Summary: Don’t be ashamed of the gospel. It’s the power of God for salvation for those who believe
What I want to do today is to look at these opening verses of this letter to the Romans and think about why Paul wrote it. What we’ll find is that Paul’s motivation comes from a sense of responsibility for the great gift God has given him in the gospel, his confidence comes from the power of God he sees at work in the gospel, which brings a righteousness that comes from God alone and overarching it all his single focus and the primary focus of the gospel proclamation is Jesus Christ and his victory over death. We’re going to start at v7 rather than v1, but I assure you we will return to the first section before we finish.
An Occasional Letter (7-13)
It’s always worth paying particular attention to the opening few verses or paragraphs of Paul’s letters because you’ll often find there a summary of what he wants to say, or the reason that he’s writing. And so it is here. As we read vs7-13 we discover that this is something of an occasional letter. That is, it’s written for a particular occasion. Now we’ll also discover that it has a more general purpose, that is, to clarify the nature of the gospel, but the first reason for writing appears here: he’s writing because he’s hoping to come to visit them. He’s preparing the groundwork for a possible visit, which we discover when we get to ch 15, will be en route to Spain.
But he also says that he’s writing because he longs to share with them some spiritual gift to strengthen them. In fact he hopes that he too might be encouraged by their faith so that their encouragement might be mutual. In other words he isn’t coming as the great guru to dole out spiritual riches that only he possesses. There’s a mutuality about his ministry that’s part of his motivation for wanting to come to them.
What does it mean for you, to share the gospel? Does it sound like something that’s a bit threatening? As someone said after we’d read Jesus’ call to begin to fish for people a couple of weeks ago, does it feel like you’re supposed to go out and bag a few trophies? We were talking yesterday at out vestry planning day about how scary the ’E’ word can be. Well, it’s instructive to see how Paul expresses his desire to share the gospel with the Romans. He isn’t wanting to chalk up a few more victories. He isn’t looking to bag some dumb fish in the net of the gospel. What does he say?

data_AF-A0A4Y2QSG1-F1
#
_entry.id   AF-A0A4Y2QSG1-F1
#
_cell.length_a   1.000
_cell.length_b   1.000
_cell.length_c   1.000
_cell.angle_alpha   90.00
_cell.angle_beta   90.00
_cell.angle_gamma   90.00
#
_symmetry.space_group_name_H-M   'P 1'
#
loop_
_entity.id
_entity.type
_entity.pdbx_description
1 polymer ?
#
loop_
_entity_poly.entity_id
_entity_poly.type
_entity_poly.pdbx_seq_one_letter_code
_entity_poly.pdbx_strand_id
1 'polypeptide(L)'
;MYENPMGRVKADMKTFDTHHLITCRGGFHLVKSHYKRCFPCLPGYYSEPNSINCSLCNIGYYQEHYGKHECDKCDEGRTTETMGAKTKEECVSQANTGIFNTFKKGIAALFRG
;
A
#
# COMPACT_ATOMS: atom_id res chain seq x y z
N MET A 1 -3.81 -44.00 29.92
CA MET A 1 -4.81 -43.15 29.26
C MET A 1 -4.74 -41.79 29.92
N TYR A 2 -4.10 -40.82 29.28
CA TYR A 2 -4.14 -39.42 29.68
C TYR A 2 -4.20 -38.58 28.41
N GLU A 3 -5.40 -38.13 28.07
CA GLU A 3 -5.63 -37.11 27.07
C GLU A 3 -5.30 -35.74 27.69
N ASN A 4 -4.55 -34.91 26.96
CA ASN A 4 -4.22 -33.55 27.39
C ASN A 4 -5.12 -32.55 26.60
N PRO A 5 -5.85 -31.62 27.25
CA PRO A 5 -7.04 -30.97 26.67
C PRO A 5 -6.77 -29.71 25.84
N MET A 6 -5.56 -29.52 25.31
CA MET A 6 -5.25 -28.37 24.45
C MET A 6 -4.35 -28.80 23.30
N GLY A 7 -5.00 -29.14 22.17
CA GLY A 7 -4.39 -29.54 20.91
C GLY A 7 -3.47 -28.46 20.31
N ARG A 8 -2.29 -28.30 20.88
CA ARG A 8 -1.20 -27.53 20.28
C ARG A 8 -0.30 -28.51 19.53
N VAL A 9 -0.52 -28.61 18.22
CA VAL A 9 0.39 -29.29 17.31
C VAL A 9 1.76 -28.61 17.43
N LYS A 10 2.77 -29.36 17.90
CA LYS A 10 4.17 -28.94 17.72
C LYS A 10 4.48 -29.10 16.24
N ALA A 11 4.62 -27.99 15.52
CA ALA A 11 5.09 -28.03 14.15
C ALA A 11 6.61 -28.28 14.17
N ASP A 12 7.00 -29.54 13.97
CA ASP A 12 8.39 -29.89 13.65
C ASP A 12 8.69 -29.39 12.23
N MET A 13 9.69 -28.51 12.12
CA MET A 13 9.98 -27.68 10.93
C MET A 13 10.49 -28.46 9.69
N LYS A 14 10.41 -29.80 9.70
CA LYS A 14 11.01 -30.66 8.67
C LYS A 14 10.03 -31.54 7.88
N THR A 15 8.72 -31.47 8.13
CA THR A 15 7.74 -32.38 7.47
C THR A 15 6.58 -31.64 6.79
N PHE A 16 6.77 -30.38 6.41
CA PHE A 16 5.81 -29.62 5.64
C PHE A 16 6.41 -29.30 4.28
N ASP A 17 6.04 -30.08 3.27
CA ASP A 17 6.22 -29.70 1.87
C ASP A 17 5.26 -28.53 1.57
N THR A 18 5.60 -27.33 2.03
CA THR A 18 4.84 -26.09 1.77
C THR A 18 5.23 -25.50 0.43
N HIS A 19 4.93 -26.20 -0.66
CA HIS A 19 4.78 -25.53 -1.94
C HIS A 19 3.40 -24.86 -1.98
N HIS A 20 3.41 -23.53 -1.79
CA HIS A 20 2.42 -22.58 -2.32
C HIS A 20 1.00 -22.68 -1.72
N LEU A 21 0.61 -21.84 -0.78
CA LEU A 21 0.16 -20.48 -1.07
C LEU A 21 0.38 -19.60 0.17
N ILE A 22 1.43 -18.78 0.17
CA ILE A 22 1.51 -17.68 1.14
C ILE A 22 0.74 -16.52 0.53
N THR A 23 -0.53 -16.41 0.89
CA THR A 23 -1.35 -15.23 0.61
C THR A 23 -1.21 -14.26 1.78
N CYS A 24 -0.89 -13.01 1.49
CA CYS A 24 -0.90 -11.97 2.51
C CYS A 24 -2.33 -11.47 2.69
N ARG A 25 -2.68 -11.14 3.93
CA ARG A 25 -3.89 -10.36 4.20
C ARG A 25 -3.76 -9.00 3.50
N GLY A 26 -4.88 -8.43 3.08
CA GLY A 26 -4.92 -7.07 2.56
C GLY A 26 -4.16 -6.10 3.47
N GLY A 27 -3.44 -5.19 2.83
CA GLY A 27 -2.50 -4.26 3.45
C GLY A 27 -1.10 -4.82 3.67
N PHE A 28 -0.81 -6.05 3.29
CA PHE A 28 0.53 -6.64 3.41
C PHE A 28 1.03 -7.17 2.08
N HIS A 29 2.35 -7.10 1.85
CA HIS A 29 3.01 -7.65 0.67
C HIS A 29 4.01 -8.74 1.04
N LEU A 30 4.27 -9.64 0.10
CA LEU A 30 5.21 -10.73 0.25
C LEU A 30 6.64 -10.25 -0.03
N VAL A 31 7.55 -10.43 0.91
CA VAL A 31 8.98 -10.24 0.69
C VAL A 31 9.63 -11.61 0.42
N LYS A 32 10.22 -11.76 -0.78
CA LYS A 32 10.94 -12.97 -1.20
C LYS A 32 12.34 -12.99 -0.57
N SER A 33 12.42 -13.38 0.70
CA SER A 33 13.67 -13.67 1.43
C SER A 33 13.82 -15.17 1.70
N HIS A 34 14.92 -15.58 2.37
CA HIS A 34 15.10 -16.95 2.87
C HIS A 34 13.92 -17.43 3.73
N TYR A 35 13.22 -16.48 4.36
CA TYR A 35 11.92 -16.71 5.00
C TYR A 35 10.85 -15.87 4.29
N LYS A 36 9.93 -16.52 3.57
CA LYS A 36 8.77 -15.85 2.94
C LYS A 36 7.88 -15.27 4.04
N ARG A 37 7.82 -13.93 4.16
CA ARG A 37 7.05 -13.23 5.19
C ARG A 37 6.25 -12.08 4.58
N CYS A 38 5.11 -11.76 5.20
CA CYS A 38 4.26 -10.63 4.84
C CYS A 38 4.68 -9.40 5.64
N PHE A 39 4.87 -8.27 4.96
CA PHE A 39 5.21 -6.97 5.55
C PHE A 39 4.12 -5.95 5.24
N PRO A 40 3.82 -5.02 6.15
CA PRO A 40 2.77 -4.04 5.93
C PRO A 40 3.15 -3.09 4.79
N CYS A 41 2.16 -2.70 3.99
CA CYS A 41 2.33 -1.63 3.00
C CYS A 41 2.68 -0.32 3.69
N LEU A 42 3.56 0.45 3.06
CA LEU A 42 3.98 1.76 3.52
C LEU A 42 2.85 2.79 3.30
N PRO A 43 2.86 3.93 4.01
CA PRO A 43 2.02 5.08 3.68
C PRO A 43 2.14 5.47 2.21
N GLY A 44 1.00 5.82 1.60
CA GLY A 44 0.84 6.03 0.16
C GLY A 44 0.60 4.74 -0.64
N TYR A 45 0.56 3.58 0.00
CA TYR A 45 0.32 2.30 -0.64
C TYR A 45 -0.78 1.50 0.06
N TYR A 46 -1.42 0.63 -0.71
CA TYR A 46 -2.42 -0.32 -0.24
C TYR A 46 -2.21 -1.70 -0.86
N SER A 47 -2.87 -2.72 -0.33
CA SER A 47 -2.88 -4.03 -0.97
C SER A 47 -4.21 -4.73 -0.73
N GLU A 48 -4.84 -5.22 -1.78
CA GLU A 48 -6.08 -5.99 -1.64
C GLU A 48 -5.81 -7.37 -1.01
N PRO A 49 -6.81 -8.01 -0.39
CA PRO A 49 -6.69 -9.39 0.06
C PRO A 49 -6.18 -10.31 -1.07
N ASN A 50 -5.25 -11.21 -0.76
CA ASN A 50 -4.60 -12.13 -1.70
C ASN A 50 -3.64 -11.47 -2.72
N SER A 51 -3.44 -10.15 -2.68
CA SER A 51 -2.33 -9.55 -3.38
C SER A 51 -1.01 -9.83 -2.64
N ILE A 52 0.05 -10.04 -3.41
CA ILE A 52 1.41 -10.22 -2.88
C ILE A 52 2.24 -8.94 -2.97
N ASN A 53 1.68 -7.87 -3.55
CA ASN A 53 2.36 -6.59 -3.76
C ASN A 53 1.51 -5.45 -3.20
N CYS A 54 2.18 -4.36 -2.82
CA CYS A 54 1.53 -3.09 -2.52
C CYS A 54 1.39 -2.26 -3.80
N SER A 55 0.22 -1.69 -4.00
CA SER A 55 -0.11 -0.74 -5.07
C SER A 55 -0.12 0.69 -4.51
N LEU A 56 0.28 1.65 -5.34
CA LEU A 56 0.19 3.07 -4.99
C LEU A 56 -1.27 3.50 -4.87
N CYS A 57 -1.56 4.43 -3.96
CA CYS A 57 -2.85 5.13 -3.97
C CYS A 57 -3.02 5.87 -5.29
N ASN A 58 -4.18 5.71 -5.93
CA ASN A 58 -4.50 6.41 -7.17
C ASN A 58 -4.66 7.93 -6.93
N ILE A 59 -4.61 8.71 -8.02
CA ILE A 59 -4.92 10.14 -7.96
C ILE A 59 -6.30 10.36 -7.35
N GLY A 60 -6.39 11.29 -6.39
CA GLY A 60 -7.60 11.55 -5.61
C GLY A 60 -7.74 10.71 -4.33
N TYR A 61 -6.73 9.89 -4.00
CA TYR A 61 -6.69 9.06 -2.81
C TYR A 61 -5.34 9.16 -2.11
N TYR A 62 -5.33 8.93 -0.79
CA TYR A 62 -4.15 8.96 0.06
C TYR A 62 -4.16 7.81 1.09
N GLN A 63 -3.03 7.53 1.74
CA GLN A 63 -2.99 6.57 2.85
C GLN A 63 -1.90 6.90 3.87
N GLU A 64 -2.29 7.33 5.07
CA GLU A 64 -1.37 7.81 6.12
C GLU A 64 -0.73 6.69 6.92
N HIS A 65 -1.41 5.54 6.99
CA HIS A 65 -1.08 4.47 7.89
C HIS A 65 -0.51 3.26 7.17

He says "I am longing to see you so that I may share with you some spiritual gift to strengthen you." We’ll see in a moment that he wants to share the gospel with people because it will bring them salvation. This is a gift from God that he brings. When we tell people about our faith in God, we’re inviting them to receive that same gift from God that we’ve received, the gift of eternal life. This is a service we’re doing them, out of love.
Well, let’s think about his motivation, because he tells us about it in the next couple of verses
His Motivation (14-15)
He says "I am a debtor both to Greeks and to barbarians, both to the wise and to the foolish 15--hence my eagerness to proclaim the gospel to you also who are in Rome." Now what does he mean when he says he’s a debtor? In what way is he indebted to all people? It’s obviously not a personal debt. It’s too generalised for that. When he talks about Greeks and barbarians he simply means everyone. So why is he indebted to everyone?
Well, clearly, part of the answer comes from his call by God to be the apostle to the Gentiles. God has saved him and inherent in that salvation was a call to take the gospel to the Gentiles. So he bears a responsibility for the way that task is carried out. He says he feels under obligation to those who haven’t yet heard the gospel.
But you have to think from what he goes on to say that this isn’t just an obligation that arises from a sense of duty. Rather it’s the sort of obligation that a medical researcher might feel if they make a great discovery. An obligation to let people know. To publish their findings so people’s illnesses can be cured. I remember hearing about some research that was being done some years ago to test the effect of aspirin as a blood thinner for people suffering from heart disease. The test involved a double blind test with one group taking half an aspirin a day and the other group taking a placebo. As the tests progressed the researchers discovered such a marked improvement in those taking the aspirin that they actually cancelled the rest of the experiment because they didn’t think it was fair for the control group to miss out on the benefits that were clearly flowing to the first group from taking the aspirin. They felt they had an obligation to all their patients to give them the best treatment possible. Well, that’s the sort of obligation that Paul seems to feels as he thinks about the benefit that can be derived from hearing the gospel. And so he talks about his confidence in the gospel.